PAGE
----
The Court of Appeal

British tailoring could not hope to have a stronger advocate on the throne than Charles III. But will he prove to be the last of the sartorial kings?
The Court of Appeal

Savile Row is preparing for the Charles bounce. The Prince of Wales may have been in the public eye for all of his 74 years, but his coming coronation is expected to bring boom times for British tailoring. After all, Charles has long been a regular on ‘best dressed’ lists. His preferred look — draped, wide-lapelled double- breasted suits without pocket-flaps, thank you — may be nothing to scare the guardsmen’s horses, but it is a signature of consistency and, as one might expect from the King, class. “It’s important to us to have someone who wears his clothes so beautifully,” says Anda Rowland, the owner of Anderson & Sheppard, the royal warrant holders who remain, alongside Gieves & Hawkes, Charles’s go-to tailors. “This is less about being some dandy as presenting well, as understanding the need for a working wardrobe.

Here, after all, is a man who is known to change maybe five times a day — as the occasion demands — and who, it’s been said, likes his shoelaces ironed between wears. Here’s a prince and now monarch who has issued warrants to tailors of tweed and makers of kilts. But here, too, is a champion of bespoke tailoring, not just for its craft. “Making things, and the skills that go into them, is something [Charles] is very passionate about, and that shows in how everything he wears is clearly beautifully made,” notes John Sugden, the co- owner of the Highlands attire tailors Campbell’s of Beauly, who last year received a royal warrant from Charles for their work, value and sustainability. “It’s critical that we address the whole issue around how we produce clothes,” Sugden adds. The morning suit Charles wore to marry Camilla Parker Bowles in 2005? It had been made 13 years before. Remarkably, 80 per cent of the work Anderson & Sheppard do for the King now is in repairs and alterations.

Indeed, breaking with long-established traditions was somewhat frowned upon — as it might be today if King Charles rocked up to cut a ribbon in a suit of tomato-red ripstop. In a similar vein, too much attention to one’s dress was considered unedifying. Yet while male royalty’s style of dress was necessarily classic, especially to 21st century eyes, there was still room for the sartorially pioneering to innovate. Queen Victoria’s son Prince Albert Edward — the future Edward VII — is often cited as the inventor of the more practical modern lounge suit, defined as a single-breasted jacket, waistcoat and trousers in the same, typically dark-coloured cloth.  Inevitably, his parents voiced their disapproval. Victoria told him that to wear anything “extravagant... would prove a want of self-respect and be an offence to decency, leading as it has often done before in others to an indifference to what is morally wrong”. Nice clothes, in others words, were potentially corrupting. Edward’s father took a more wry view. “Unfortunately, [Edward] takes no interest in anything but clothes,” he wrote. “Even when out shooting he is more occupied with his trousers than with the game.”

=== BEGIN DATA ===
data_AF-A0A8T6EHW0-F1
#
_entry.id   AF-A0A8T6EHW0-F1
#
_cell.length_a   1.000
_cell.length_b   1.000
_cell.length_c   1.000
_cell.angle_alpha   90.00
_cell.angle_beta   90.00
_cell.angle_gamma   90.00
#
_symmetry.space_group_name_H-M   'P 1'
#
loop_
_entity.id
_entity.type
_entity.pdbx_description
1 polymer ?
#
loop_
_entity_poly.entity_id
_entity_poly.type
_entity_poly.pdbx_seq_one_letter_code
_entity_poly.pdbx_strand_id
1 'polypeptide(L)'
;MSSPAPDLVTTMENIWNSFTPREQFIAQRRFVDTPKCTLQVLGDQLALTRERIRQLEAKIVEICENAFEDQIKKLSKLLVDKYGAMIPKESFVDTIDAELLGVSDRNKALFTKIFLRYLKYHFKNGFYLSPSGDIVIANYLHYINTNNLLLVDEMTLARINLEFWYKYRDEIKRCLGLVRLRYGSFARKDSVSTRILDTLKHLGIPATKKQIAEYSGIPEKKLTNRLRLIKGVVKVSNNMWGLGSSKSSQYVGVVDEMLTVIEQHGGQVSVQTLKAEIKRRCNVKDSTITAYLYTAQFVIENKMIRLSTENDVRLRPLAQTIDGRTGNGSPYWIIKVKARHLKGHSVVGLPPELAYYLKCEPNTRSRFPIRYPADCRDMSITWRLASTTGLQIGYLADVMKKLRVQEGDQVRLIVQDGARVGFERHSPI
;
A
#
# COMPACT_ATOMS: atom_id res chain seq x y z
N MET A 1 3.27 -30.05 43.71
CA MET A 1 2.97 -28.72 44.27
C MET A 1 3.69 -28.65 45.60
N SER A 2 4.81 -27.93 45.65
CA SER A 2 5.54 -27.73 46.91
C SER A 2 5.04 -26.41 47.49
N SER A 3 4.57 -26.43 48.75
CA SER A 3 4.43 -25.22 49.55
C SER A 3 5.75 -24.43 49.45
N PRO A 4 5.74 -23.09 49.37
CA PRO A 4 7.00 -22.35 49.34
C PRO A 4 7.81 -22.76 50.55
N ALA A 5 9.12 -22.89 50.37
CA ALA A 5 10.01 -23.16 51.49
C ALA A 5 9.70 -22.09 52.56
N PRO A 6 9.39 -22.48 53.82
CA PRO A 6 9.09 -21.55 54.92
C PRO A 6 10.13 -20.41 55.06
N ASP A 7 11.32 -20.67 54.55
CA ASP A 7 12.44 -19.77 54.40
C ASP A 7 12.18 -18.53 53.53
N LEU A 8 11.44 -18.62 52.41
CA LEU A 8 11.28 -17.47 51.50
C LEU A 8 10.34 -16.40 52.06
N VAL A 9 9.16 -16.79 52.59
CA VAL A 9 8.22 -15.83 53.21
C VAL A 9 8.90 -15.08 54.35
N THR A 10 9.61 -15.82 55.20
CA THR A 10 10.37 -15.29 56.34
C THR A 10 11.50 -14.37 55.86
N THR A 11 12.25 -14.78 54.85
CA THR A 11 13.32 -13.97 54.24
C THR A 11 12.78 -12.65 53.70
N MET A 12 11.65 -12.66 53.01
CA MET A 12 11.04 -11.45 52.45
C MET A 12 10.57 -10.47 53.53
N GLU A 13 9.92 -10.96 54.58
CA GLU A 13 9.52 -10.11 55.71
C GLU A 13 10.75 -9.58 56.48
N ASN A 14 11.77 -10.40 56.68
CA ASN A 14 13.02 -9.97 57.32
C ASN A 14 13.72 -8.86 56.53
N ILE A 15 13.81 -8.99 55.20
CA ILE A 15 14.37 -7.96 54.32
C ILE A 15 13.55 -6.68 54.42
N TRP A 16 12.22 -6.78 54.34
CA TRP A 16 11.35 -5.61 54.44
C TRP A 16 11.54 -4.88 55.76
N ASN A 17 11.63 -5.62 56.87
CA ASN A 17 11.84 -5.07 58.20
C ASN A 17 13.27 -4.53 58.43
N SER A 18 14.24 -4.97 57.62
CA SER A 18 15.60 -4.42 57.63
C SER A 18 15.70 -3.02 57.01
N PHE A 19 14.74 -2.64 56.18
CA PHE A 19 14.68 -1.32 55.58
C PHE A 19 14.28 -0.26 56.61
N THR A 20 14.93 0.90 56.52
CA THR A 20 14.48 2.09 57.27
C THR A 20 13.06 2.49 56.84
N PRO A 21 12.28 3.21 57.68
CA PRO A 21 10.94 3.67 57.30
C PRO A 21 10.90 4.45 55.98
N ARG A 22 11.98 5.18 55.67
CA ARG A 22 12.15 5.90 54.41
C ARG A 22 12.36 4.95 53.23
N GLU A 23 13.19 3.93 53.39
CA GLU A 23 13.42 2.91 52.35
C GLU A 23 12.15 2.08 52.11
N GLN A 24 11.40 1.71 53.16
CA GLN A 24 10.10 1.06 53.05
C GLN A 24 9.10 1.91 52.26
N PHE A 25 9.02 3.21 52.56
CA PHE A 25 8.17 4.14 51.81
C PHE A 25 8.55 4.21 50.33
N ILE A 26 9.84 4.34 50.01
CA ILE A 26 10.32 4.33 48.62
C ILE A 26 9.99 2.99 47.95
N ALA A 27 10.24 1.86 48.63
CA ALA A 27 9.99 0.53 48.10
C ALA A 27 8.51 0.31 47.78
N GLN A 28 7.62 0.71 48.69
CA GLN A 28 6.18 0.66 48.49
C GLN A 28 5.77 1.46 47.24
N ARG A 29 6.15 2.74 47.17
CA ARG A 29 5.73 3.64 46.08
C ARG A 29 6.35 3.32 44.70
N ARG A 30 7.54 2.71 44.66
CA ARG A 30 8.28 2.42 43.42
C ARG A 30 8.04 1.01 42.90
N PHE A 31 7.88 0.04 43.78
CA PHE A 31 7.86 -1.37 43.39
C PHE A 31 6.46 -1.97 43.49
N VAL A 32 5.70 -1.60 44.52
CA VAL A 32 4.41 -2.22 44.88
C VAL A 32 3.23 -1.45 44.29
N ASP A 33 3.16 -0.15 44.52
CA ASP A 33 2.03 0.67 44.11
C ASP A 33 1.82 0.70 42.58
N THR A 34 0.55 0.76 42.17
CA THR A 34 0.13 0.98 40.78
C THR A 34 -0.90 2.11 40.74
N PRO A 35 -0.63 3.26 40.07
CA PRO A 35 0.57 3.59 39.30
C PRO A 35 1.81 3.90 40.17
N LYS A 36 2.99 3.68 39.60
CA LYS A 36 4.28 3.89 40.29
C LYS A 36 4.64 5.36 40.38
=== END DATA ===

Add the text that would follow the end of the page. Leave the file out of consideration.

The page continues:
So far, so historical. As William Skinner points out, “history is all well and good, and the times when it was an aspirational thing to know how the court was dressing are long past. Tailoring has to be relevant. But that relevance might be more to the fore as the king becomes even more of a public figure.”relative to that of other public figures, not to mention the see- sawing reputation of royalty in the public consciousness?  Cundey, the head of a business that has dressed Napoleon III and Emperor Hirohito of Japan, among other royals, argues that the U.K.’s monarchy is still the one most closely followed around the world — the huge success of The Crown and fascination with ‘Megxit’ might be testament to this. “In fact,” he says, “there’s very much a historic status you gain [as a tailor] in dressing royals for generations, whether that be for the British or other royal families. The fact that we dressed Hirohito [who died in 1989] still holds us in good stead with clients in Japan, for example. But having our royal warrant probably drives about 10 per cent of our business around the world. And Charles being king, with the attention to detail he clearly pays in his clothing, can only be a positive for tailoring, even if the royals are now seen as part of a broader celebrity life.”


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